The other day I got sick of this fancy-pants winter day pack I’ve been using for the past few years, and decided to sell it. I won’t say what kind of pack it was for now– it was an okay pack, but heavy, and it didn’t really have much space. Since I’ve been using my Gossamer Gear Riksak for summer day hikes, I really only use big day packs for winter hiking, and the only reason I liked this other pack was because it had a nice snowshoe attachment system. But it didn’t pack well– even having a puffy jacket and a few snacks filled it to overflowing. No good.
The solution? Dig up the past!
|The trusty old Cragosaurus.|
Many years ago, I bought a Cragosaurus pack from Mountain Equipment Co-op, but I shelved it when I got the newer day pack. The only two items I own from MEC are incredibly simple, inexpensive, and as close to perfect as most of my other gear. Between my Silicone Scout tarp and this Cragosaurus pack, I paid less than $100, and they’ve each lasted me about six years. Why did I shelf the Cragosaurus, then? Carrying snowshoes in it just sucks.
|The lid strap and one side compression strap.|
Aside from the weak snowshoe carrying capacity, I’ve always loved this pack. It’s dirt cheap (it was $34 when I got it), has the perfect capacity (about 1800 cubic inches in the main pocket, with just a little more in the brain), is wonderfully simple (one main pocket, drawstring closure, and a single-pocket lid), and it’s rugged (I’ve carried up to 40 pounds of climbing gear in it without straining the seams or fabric in the least). It’s not the most comfortable or fanciest pack out there, but it gets the job done. It’s a reliable old beater.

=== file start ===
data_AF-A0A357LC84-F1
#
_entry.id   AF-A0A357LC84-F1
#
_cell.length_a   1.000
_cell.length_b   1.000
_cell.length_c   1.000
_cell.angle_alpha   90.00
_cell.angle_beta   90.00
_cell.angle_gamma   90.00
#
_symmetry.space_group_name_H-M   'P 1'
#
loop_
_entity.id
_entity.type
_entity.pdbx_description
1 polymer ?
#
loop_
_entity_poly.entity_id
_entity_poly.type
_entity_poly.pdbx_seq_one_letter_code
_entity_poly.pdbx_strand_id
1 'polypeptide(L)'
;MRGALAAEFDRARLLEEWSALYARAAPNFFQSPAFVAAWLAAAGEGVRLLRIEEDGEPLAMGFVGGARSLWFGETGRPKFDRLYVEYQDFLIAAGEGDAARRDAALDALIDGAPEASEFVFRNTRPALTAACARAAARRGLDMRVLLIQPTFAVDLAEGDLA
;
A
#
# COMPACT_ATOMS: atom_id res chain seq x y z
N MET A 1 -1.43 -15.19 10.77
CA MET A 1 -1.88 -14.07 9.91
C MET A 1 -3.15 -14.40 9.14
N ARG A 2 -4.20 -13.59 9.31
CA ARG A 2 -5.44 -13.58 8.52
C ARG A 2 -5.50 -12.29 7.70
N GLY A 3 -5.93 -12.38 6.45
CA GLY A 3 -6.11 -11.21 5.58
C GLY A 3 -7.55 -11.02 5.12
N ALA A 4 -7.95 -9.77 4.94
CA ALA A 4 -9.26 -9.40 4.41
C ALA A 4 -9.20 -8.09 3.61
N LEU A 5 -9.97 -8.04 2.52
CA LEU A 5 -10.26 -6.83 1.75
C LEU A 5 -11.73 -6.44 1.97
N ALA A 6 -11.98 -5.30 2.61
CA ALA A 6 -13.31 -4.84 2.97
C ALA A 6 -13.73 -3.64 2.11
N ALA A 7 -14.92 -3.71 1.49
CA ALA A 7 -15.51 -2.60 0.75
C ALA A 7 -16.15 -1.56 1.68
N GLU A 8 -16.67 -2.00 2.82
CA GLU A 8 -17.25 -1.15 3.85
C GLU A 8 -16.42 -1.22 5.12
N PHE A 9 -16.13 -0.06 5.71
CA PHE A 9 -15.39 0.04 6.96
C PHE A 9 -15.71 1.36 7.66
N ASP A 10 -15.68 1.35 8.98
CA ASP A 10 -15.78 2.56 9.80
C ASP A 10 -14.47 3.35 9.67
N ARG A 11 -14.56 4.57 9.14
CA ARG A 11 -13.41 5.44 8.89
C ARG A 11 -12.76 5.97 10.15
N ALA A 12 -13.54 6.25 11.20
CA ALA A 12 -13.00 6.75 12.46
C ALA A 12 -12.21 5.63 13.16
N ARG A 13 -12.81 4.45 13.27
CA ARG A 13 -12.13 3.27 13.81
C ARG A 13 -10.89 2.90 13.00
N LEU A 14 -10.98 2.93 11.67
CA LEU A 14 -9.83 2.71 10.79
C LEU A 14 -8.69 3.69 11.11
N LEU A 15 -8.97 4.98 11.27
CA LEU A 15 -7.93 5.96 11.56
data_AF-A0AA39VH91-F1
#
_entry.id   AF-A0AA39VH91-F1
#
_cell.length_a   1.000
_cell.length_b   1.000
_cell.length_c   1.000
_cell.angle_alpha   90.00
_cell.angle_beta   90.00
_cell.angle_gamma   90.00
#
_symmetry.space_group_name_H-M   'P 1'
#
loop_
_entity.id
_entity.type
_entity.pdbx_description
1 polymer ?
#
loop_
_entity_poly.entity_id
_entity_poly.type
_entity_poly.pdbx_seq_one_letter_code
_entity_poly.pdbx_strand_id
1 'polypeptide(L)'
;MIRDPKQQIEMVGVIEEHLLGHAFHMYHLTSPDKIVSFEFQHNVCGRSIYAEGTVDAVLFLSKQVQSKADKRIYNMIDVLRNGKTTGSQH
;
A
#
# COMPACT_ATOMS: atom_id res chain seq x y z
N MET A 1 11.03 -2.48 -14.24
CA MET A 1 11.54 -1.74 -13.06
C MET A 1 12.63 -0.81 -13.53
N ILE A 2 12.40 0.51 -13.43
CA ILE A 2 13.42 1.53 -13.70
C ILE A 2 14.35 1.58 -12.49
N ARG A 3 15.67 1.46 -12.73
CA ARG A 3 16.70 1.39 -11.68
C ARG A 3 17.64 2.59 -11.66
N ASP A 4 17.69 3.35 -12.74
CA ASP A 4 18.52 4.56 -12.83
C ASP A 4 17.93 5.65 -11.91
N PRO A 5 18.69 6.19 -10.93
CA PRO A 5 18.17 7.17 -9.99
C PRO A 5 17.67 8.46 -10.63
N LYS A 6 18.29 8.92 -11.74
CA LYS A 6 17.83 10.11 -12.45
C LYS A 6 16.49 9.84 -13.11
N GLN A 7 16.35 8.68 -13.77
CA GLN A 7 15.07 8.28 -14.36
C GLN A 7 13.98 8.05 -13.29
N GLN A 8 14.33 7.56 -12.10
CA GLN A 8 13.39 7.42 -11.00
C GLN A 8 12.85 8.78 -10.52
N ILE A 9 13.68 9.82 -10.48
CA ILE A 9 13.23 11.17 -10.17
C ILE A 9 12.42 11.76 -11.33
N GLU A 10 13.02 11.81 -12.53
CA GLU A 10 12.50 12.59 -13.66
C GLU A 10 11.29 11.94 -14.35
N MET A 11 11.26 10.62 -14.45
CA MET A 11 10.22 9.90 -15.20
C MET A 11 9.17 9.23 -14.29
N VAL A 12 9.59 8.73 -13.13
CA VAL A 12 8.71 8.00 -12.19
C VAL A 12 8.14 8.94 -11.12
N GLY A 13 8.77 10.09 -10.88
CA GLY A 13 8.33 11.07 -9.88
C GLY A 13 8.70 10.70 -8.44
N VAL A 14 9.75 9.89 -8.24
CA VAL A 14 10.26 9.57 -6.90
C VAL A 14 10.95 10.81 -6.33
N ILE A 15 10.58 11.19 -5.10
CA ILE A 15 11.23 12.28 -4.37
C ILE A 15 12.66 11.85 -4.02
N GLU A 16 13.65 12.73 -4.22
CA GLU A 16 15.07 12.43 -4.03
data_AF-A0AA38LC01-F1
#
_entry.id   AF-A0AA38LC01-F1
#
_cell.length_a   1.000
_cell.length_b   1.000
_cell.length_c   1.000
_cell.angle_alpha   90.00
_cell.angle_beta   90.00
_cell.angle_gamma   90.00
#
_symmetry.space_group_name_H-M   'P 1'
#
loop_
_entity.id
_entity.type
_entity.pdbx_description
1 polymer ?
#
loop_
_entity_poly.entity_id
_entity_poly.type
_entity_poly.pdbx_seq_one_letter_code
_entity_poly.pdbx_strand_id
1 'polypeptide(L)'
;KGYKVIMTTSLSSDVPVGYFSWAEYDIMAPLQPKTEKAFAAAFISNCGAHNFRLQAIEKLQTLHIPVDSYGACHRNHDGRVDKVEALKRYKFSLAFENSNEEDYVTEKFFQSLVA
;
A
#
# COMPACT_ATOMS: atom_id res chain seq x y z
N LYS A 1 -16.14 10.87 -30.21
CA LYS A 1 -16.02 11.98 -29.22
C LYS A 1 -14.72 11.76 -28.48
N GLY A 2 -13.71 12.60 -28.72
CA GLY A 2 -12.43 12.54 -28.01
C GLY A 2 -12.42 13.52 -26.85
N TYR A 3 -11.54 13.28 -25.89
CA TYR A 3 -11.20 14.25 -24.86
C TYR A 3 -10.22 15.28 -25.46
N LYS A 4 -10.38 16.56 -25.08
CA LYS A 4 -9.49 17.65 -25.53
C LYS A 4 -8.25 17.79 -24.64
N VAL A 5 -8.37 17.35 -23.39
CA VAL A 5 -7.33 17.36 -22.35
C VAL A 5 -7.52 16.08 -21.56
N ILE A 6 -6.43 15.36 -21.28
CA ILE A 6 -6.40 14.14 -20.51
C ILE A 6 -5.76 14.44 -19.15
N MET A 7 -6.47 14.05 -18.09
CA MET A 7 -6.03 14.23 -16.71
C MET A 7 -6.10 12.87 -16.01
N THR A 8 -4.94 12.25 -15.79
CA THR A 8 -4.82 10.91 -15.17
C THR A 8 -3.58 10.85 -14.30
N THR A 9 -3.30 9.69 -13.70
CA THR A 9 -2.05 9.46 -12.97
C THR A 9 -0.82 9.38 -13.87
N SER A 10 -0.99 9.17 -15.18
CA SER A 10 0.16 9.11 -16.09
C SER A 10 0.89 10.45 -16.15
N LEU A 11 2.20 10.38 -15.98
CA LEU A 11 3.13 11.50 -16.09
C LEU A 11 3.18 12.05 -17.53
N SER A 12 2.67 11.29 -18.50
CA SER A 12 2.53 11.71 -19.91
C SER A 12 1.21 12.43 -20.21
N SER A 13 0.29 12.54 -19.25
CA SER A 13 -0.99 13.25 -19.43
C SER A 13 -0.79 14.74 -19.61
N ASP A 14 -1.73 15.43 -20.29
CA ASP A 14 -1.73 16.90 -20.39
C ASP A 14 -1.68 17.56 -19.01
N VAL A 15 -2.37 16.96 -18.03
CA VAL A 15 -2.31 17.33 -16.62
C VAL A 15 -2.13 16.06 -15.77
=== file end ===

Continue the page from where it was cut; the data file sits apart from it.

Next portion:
|Fixed buckle on the compression straps. Must go!|
The new version of the Cragosaurus has a very nice snowshoe lashing system (similar to the pack that I’d gotten rid of), but mine just has a stuff pocket on the rear, held in place by two compression straps on each side. The compression straps are fixed in place, so attaching the snowshoes to either side of the pack was a pain. The stuff-pocket is much too small for snowshoes, as well. I lusted after the new version of the pack for a little while, but my gear budget is down pretty low already. Eventually, I decided to take matters into my own hands.
|The point of no return.|
|And a shiny new buckle!|
The snowshoe lashing system of the other pack was only better in that it had side-release clips, so that the straps could be separated entirely in order to pull them over the snowshoes. Side-release buckles are easy to find at any gear store as a replacement item, so I bought four of them, chopped off the buckles on my Cragosaurus’s compression straps, and sewed them back together with the side-release buckles.
|Not the prettiest pack, but it works.|
Voila! An hour later, with only two self-inflicted bleeding wounds from the sewing needle, and my winter day-pack is back from retirement. I used this new set-up in the White Mountains last month, and found attaching and detaching my snowshoes much easier than before. With the added bonuses that this pack already had, I’m happy to say that my older and less fancy pack won out over the newer one. No doubt I’ll get at least another six years out of this beast.